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Looking for a Job Is a Full-Time Job

Looking for a Job Is a Full-Time Job 3

Looking for a Job Is a Full-Time Job 4By Nadav Avni, Chief Marketing Officer at Radix Technologies

Looking for a job is a different experience for different people. Depending on your status, you might need to approach job hunting with a different mindset.

The job market is a challenging landscape right now. Millions of people lost their jobs at the start of the Covid-19 pandemic. Shops closed. Production lines slowed to a crawl. Entertainment venues shut their doors. Tourism disappeared. Thanks to extensions in unemployment, many workers had the lifeline they needed to weather the storm while looking for a job, or reassessing their old one. But now, as the pandemic evolves into a longer-term series of waves, extended benefits are coming to an end, and people are beginning to plan their return to the workforce, if they haven’t already.

Still, even if on paper the job market is hot right now, looking for a job is historically an arduous activity—it can feel like a job of its own! A 2020 Chicago Fed study found that people who have exhausted unemployment benefits spend over 12 hours a week searching for work on average and send out over 9 applications a month.

Looking for a job is also rooted in different motivations for different people. Many new graduates are just happy to get their foot in the door. More experienced workers might look for a new challenge that can revive their enthusiasm for work, or better benefits—better pay, increased opportunity, or new locations. Then there are those taking time off in between jobs for self-improvement, for whom a new job is perhaps the next step in a series of life journeys.

But regardless of your situation, looking for a job doesn’t have to be a full-time endeavor. Depending on your “(re)entering the workforce” profile, you can and should adapt your search techniques and watch for singular pitfalls so as to secure success as soon as possible.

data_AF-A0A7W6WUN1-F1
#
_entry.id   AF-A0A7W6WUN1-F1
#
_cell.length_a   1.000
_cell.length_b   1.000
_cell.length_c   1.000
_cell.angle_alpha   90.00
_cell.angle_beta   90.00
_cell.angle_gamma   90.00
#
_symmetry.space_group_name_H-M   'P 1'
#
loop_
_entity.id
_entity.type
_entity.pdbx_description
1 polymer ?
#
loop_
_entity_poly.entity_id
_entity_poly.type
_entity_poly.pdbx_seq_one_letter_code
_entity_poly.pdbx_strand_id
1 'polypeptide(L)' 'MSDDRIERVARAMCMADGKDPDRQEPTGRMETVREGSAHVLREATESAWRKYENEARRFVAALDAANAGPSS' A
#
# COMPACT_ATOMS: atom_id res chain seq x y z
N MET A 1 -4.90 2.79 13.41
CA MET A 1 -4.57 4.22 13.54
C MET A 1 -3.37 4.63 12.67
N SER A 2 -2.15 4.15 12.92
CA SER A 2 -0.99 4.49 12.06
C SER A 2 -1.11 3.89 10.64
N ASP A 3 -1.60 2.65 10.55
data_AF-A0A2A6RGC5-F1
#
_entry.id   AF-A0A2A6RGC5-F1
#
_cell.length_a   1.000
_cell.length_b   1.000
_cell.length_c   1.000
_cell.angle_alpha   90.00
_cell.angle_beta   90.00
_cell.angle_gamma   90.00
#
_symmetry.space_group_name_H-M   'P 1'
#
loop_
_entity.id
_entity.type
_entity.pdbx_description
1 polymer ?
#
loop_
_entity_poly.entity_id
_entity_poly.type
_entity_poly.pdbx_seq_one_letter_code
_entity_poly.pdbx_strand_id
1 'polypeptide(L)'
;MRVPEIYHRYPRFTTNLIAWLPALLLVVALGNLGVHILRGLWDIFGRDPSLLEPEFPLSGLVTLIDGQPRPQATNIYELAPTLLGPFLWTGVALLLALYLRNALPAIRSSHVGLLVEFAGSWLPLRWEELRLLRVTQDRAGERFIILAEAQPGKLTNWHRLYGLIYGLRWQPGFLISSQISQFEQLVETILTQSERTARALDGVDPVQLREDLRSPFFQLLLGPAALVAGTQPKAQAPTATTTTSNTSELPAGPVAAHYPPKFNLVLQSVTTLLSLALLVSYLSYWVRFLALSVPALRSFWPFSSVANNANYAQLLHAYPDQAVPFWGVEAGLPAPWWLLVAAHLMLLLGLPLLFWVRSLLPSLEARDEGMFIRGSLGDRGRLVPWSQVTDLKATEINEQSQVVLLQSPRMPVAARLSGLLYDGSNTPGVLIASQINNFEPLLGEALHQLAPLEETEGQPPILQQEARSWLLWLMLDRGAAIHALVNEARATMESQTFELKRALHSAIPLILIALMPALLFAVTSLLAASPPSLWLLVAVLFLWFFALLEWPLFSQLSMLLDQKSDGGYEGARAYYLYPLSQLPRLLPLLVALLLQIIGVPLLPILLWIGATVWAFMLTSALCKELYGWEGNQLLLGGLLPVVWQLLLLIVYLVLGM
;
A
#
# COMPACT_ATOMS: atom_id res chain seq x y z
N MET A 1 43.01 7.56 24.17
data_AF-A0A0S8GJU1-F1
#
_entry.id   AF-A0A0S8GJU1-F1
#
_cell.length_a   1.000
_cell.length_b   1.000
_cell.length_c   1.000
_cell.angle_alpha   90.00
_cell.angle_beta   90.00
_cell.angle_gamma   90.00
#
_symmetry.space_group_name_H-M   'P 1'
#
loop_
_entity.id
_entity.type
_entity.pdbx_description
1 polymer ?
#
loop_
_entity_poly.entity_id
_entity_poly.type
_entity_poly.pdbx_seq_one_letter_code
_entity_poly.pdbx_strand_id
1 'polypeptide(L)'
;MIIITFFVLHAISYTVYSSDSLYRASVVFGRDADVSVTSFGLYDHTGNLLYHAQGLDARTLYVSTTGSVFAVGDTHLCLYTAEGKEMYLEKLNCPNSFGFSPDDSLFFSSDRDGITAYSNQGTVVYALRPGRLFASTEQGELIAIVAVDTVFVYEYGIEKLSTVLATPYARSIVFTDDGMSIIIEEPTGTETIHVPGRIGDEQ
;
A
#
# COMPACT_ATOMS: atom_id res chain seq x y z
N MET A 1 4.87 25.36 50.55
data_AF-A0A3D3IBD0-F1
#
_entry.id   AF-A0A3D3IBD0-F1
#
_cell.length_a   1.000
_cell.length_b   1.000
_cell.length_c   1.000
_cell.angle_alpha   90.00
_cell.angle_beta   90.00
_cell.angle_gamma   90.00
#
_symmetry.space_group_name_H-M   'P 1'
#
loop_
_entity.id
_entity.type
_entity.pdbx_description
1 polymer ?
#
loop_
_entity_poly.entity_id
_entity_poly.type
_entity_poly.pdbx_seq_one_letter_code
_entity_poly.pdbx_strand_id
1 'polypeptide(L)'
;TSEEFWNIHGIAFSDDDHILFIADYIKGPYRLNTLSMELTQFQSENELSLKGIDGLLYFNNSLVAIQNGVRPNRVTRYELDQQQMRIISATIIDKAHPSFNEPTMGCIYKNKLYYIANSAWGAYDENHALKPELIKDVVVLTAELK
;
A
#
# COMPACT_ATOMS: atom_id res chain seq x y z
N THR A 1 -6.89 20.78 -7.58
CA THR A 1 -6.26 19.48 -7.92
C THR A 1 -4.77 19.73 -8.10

Joining the Workforce for the First Time

Are you a recent graduate or student who is entering the workforce for the very first time? Perhaps you’re fresh off graduation, ready to show off what you’ve learned in class and internships, or maybe you’re taking time off from school to dip into the workforce. While perhaps deficient in specific skills or experience, you make up for it with a willingness to learn on the job.

Unfortunately, sometimes things don’t go as planned for enthusiastic newbies. You may run into the job experience paradox: most jobs require experience in order to qualify, but experience comes from previous jobs. Internships are often unpaid, but you still have to support yourself somehow. In these situations, you might have to consider a double workload for a while—say, an unpaid internship and then a low-wage job to pay the bills in the interim—but one of the advantages of being a young student or graduate is more schedule flexibility. Utilize that advantage!

Additionally, when new aspirants find themselves shut out of the job market, it’s often due to rookie job hunting mistakes. For example, simply scattering resumes into the void without following up doesn’t cut it. Recruiting teams are deluged with applications. It’s not rude to ask if yours happened to make it out of the slush pile—in many cases, that instigation will prompt them to take a look.

Likewise, it’s important to present yourself as a professional ready to take on the job. Make sure you are well-put-together. Do your research on a job and company before the interview so you come off as competent. Update your resume. And also very important, in today’s digital age: clean up your internet presence! Unintentionally presenting yourself as unprepared might spell the difference between “You’re hired” and “Don’t call us, we’ll call you.”